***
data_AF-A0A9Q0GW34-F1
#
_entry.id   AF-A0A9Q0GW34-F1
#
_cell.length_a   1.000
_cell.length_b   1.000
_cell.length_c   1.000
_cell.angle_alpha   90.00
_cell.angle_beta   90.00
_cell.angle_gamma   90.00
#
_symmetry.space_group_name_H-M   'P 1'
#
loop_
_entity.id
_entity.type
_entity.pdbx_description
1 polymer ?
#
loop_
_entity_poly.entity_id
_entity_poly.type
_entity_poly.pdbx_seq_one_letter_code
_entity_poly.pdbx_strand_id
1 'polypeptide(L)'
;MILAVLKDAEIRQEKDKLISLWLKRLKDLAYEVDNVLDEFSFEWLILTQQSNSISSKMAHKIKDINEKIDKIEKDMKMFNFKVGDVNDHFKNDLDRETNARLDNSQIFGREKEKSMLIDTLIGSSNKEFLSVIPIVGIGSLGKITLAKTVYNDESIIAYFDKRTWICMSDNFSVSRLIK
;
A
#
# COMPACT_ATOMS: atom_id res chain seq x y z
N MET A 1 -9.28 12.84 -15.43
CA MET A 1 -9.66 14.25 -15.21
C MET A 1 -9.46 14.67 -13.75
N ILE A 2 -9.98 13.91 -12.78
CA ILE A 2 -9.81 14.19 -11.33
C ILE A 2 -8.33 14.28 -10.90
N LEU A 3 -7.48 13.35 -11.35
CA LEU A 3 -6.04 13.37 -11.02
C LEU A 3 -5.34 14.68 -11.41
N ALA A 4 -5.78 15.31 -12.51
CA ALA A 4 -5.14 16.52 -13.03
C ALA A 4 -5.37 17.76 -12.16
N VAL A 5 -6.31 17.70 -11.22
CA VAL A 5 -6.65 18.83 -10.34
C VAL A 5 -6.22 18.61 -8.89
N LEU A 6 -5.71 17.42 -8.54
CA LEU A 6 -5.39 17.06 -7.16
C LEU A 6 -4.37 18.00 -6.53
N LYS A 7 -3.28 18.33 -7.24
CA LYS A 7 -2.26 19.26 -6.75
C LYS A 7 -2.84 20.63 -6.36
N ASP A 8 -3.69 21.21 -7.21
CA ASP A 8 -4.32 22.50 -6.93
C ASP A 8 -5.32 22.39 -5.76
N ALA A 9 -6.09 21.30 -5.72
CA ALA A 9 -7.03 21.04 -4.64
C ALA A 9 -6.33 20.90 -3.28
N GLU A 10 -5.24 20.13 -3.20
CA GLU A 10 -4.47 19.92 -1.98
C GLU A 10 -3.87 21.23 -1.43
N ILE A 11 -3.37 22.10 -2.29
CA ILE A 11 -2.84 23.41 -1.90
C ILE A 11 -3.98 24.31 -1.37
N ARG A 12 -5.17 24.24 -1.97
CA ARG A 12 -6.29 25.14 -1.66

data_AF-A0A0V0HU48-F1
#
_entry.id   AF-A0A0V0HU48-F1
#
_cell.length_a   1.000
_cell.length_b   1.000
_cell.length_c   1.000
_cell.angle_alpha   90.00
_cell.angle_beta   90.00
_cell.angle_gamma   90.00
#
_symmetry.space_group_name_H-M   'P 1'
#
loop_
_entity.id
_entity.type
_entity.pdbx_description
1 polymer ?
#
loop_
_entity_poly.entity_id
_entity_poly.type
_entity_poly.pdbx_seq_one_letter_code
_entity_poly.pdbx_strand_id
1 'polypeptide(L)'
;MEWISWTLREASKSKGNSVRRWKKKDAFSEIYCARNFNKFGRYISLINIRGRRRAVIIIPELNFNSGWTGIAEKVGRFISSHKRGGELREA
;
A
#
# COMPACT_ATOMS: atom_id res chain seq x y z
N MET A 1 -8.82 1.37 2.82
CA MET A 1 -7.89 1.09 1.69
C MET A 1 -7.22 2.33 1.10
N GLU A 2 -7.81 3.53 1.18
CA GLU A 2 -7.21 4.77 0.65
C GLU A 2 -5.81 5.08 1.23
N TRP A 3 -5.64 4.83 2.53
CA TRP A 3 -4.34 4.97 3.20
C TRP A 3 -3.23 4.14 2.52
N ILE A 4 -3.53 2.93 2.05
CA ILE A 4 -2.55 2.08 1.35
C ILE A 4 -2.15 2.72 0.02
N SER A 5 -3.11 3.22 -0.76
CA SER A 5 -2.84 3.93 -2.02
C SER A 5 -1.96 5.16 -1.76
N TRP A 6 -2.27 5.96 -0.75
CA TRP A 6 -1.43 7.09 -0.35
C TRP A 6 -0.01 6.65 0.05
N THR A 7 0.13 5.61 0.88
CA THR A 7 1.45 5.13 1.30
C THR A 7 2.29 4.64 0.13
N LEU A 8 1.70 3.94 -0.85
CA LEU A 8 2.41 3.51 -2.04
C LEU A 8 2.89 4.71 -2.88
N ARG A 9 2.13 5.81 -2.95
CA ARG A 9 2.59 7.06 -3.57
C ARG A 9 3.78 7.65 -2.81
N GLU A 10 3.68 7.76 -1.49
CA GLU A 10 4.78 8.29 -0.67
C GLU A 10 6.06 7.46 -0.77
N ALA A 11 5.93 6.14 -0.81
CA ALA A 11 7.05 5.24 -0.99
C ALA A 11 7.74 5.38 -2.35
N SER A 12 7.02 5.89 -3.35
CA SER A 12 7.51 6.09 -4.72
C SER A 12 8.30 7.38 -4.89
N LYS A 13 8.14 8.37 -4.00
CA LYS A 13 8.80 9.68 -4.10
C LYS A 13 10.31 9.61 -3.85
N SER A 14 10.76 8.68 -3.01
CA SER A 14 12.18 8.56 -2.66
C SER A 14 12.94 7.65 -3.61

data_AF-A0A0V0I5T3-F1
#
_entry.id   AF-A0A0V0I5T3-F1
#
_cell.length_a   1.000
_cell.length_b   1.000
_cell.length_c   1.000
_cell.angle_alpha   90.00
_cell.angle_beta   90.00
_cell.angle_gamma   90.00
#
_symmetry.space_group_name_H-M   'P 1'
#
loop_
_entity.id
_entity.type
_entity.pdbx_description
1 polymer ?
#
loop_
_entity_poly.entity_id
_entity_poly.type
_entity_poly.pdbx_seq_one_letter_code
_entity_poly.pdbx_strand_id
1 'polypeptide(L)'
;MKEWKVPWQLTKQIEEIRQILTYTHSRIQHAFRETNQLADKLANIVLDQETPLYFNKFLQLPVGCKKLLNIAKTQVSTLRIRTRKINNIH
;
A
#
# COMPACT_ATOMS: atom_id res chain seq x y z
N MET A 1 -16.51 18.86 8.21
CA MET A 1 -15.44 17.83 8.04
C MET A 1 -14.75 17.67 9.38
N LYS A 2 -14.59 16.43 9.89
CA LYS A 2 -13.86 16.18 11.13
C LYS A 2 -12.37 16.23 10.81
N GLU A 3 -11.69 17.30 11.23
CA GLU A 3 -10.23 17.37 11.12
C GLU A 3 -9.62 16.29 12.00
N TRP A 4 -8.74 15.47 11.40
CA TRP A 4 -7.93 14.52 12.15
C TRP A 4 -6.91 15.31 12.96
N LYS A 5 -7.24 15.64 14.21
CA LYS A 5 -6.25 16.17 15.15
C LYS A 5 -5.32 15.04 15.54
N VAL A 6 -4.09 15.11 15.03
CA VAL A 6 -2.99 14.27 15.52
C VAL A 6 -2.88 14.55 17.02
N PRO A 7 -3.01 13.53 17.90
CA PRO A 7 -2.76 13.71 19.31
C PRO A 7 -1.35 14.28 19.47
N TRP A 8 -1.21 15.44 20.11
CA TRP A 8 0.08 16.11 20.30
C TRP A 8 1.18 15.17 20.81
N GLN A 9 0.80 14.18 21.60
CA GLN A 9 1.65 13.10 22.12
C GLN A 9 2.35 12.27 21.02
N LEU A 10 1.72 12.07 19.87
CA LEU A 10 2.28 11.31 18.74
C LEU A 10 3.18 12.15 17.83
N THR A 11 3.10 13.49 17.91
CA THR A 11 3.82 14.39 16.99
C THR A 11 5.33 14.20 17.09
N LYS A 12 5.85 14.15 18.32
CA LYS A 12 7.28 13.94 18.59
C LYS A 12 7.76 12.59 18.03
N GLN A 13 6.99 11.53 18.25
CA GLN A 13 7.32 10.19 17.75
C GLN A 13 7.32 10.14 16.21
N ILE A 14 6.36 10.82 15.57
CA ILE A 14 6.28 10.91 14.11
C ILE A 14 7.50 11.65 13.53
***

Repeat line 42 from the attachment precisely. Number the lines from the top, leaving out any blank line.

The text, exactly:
C ALA A 4 -5.37 17.76 -12.16